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Resolution of the paradox creeps in silently as an invitation to enter the inner sanctuary and surrender to the mystery. I have been longing to meditate every day, knowing that when I sit on the cushion in front of my altar, behind my desk, or wherever, I will fill with light, rise above the waves of ordinary life, and engage with the present moment from a place of wholeness rather than deprivation or lack. What great pleasure to feel the warmth of the wood stove, inhale the earthy fragrance of incense, and accept the invitation from spirit to sit alone in a quiet, candlelit room and journey to the center of my being!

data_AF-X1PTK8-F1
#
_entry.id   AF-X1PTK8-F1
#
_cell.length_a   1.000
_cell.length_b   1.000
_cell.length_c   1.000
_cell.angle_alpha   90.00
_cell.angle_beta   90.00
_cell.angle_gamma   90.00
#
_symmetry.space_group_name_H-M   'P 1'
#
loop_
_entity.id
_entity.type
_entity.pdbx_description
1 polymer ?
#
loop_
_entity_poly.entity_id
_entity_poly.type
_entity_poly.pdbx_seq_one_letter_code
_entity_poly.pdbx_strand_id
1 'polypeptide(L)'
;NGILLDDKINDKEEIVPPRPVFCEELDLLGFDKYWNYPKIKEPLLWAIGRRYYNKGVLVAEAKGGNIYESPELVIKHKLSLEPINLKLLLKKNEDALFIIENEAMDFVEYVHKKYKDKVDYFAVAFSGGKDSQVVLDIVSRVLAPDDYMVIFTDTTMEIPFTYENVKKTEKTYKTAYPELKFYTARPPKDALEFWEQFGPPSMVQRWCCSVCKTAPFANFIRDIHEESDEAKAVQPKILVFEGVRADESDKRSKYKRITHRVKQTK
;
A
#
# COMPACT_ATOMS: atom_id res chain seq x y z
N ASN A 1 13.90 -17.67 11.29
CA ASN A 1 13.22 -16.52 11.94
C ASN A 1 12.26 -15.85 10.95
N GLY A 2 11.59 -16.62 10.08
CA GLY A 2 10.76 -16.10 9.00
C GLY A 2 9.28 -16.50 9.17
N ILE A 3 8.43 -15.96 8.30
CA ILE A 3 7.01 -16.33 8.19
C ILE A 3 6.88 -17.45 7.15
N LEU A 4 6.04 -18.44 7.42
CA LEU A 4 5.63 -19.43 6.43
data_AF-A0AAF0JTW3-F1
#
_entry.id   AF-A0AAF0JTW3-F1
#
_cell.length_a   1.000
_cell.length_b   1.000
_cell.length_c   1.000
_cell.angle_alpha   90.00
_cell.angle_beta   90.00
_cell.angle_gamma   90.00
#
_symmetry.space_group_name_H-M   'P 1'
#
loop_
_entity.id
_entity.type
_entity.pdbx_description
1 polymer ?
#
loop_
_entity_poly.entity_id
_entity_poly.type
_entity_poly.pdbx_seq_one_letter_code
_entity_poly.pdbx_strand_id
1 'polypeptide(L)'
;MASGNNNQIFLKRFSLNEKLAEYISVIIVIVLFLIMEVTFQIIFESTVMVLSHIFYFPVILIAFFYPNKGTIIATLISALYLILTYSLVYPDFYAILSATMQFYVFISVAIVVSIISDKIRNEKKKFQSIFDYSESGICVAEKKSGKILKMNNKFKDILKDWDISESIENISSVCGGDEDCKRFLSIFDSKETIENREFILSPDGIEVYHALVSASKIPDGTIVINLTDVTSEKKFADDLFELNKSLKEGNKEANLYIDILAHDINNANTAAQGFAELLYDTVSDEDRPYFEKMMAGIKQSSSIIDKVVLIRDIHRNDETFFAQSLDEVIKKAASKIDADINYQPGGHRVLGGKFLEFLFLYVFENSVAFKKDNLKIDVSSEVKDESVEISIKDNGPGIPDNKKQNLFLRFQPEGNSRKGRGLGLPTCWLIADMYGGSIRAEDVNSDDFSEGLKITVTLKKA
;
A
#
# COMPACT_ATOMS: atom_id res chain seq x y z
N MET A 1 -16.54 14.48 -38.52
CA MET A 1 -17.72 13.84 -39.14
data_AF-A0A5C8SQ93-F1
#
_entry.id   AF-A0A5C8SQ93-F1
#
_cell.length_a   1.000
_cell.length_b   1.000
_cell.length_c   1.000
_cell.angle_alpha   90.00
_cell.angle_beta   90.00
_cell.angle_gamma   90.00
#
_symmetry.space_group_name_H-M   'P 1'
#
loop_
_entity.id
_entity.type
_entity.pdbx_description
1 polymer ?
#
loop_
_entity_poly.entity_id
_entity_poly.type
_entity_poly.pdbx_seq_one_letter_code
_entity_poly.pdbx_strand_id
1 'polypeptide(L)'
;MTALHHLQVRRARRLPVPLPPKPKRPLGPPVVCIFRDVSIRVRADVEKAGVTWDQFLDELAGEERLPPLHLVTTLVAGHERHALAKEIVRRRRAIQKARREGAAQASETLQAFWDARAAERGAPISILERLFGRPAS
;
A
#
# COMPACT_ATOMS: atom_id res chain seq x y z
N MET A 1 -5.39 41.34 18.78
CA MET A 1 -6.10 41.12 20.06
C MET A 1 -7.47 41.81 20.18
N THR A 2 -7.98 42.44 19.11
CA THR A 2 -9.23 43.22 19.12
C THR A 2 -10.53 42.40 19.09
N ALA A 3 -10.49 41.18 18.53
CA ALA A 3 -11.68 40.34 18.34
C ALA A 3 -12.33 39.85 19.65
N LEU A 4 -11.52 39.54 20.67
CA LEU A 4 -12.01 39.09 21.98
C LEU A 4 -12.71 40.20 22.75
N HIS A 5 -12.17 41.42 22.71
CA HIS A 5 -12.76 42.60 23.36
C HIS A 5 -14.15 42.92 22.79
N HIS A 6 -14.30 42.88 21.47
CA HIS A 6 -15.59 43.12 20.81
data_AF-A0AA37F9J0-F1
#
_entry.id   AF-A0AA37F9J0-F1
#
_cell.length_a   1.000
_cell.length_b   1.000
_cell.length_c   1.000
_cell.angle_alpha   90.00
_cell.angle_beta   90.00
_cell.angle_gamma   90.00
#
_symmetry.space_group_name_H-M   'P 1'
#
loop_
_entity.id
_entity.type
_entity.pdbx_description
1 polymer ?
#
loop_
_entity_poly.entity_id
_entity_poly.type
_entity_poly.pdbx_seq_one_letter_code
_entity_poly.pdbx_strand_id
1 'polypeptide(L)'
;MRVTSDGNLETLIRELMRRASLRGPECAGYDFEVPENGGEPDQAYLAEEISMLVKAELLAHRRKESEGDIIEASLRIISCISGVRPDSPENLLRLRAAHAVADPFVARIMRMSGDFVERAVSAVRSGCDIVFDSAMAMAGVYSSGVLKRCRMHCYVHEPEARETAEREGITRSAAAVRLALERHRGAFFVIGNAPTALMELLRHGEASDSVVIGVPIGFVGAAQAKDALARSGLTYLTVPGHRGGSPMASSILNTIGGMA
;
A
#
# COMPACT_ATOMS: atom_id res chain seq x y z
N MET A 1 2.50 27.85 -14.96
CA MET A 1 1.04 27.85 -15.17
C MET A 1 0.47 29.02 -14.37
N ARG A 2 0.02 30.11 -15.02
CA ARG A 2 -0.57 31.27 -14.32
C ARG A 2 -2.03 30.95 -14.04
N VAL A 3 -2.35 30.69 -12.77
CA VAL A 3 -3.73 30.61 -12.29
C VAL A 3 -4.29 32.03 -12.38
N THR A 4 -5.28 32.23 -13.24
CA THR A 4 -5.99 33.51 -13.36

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Inevitably, I returned to the realization that while trying to integrate Life is Short; Do What You Love in a way that doesn’t upset the entire apple cart, the key is to love what you do. Love – or at least accept – what is. The full catastrophe of human life. Cultivate inner fulfillment by connecting with the present moment, regardless of external factors. When my pain-body (a term coined by Eckhart Tolle) is activated or I find myself in frantic pursuit mode (for example, burning the midnight oil with intense creativity that inevitably leads to exhaustion) and look outside of myself and the present moment for salvation, I feel like a sun that has forgotten her true identity and strength and wanders around at night trying to steal light from the moon (that, of course, only reflects the sun’s light).